A reissue of the fifth Silver Apples album, originally released on CD in 1998. Decatur was originally billed as "a voyage of pure exploration beyond the broad established horizons of electronic music. It is an adventure into perceptions of an unparallel universe all its own." Decatur consists of one track lasting just over 42 minutes - a sound collage of oscillator noises and sounds with percussion.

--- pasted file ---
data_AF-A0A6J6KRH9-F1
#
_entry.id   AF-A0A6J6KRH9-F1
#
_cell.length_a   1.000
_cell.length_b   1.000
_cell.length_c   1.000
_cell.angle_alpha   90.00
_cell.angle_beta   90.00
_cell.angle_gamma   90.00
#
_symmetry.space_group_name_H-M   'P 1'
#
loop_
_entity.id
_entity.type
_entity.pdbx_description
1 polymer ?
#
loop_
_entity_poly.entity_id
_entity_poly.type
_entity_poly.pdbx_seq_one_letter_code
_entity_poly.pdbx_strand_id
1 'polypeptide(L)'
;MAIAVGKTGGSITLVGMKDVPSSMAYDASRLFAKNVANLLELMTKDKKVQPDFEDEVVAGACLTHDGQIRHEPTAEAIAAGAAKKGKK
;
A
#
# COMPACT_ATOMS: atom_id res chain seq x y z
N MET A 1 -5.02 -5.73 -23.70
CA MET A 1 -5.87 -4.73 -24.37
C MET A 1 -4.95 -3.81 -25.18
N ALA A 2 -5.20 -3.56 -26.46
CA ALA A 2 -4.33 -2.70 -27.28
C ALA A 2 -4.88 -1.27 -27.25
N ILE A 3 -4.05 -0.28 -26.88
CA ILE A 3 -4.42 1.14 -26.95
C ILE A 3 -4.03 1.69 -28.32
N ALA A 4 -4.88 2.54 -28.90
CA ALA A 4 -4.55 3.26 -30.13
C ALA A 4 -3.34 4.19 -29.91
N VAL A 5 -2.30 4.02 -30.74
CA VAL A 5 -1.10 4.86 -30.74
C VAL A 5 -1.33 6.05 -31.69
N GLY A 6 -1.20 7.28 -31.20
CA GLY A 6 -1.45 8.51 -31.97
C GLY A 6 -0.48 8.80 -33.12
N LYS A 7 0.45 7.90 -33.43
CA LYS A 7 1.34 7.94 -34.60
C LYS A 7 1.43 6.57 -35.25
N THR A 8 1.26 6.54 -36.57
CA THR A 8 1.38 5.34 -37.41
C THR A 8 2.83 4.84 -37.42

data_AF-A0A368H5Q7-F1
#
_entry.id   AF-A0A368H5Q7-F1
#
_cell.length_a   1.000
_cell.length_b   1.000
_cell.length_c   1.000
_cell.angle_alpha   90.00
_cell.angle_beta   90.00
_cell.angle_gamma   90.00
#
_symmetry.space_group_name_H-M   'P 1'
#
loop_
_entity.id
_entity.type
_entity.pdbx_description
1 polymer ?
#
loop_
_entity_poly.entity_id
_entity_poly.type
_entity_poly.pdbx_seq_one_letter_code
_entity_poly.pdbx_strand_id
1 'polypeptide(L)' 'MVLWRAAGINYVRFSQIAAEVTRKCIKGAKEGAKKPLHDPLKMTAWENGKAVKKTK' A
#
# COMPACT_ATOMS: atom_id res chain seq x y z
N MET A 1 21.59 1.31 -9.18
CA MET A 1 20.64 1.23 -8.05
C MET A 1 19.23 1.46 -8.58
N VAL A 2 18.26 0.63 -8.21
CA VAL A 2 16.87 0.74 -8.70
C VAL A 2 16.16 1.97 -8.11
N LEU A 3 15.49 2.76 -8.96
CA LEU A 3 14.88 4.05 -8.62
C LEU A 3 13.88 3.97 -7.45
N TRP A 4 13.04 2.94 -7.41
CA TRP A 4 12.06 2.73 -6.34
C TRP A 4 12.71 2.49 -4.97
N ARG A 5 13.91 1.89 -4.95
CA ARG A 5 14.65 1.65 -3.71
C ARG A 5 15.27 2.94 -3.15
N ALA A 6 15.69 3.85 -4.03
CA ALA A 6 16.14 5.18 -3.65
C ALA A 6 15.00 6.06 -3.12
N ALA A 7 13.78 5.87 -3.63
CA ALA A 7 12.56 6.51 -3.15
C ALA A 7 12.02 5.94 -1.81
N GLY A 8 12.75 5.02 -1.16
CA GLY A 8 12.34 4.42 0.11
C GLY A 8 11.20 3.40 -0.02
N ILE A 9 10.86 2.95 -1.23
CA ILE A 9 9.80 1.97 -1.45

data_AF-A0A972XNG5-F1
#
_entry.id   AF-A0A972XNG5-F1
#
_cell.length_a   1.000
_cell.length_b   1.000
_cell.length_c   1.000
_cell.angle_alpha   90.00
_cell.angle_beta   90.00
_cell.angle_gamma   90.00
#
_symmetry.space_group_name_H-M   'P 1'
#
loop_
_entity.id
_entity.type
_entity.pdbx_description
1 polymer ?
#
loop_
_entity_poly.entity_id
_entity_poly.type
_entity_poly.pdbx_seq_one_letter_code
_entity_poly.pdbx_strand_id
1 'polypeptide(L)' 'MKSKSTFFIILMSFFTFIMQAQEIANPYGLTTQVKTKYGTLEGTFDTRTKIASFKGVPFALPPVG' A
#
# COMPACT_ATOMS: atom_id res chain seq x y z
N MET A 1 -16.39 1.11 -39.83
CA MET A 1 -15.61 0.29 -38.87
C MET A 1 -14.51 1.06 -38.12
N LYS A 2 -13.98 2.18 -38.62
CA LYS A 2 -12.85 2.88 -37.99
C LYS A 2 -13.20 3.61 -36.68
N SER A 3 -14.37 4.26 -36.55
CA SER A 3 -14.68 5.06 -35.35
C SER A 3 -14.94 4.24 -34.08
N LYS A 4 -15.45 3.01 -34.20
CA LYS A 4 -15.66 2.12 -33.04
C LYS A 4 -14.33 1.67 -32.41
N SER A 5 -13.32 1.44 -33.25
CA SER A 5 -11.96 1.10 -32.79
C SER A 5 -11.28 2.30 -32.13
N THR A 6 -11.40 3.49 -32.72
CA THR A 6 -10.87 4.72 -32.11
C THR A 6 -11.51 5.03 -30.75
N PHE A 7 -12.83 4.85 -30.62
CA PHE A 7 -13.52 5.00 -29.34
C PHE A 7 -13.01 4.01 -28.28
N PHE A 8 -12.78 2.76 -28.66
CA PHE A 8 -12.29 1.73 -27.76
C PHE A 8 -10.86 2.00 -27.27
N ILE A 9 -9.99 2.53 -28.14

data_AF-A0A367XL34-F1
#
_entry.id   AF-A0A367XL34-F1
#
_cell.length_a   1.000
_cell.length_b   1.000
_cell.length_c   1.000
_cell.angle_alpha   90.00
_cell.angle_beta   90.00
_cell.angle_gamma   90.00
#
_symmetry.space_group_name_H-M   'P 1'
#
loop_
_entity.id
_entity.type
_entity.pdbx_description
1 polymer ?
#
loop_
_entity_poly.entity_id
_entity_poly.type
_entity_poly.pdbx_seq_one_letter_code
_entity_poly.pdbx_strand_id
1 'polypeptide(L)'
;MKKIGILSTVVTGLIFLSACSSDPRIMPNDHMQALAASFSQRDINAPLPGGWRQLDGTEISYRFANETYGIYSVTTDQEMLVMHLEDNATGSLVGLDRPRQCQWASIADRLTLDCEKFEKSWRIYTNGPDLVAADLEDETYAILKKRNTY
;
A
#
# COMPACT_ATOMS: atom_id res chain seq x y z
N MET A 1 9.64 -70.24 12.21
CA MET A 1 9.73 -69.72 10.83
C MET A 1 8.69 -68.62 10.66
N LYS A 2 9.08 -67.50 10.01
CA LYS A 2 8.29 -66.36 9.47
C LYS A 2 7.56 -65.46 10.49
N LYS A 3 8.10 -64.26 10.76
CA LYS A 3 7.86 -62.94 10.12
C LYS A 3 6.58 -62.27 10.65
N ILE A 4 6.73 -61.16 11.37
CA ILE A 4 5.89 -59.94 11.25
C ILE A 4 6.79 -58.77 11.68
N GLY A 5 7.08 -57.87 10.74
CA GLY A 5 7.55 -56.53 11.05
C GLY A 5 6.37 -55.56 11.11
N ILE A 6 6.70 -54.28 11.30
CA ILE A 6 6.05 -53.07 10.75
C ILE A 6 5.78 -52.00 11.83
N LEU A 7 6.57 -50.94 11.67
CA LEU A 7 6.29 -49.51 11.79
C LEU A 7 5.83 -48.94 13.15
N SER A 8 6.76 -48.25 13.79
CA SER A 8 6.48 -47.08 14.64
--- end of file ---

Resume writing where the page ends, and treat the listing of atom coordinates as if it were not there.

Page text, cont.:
Decades after their influential career first ground to a sudden and mysterious halt, the Silver Apples remain one of pop music's true enigmas. A surreal, almost unprecedented duo, their music explored interstellar drones and hums, pulsing rhythms, and electronically generated melodies years before similar ideas were adopted in the work of acolytes ranging from Suicide to Spacemen 3 to Laika and Beak>. Prior to forming the Silver Apples, vocalist Simeon Coxe and percussionist Danny Taylor played in a more traditional-sounding '60s rock group, the Overland Stage Electric Band. However, Coxe's addition of a 1940s audio oscillator to the band alienated the other members so much that ultimately he and Taylor were the only ones left, and they began making music as the Silver Apples in New York City in 1967. Coxe added more and more oscillators, incorporating them into an instrument also called the Simeon that (according to notes on the duo's self-titled 1968 debut LP) consisted of "nine audio oscillators and eighty-six manual controls...The lead and rhythm oscillators are played with the hands, elbows and knees and the bass oscillators are played with the feet." Coxe and Taylor also connected with budding poet Stanley Warren, who wrote lyrics for many of their early songs, including their signature track, "Oscillations."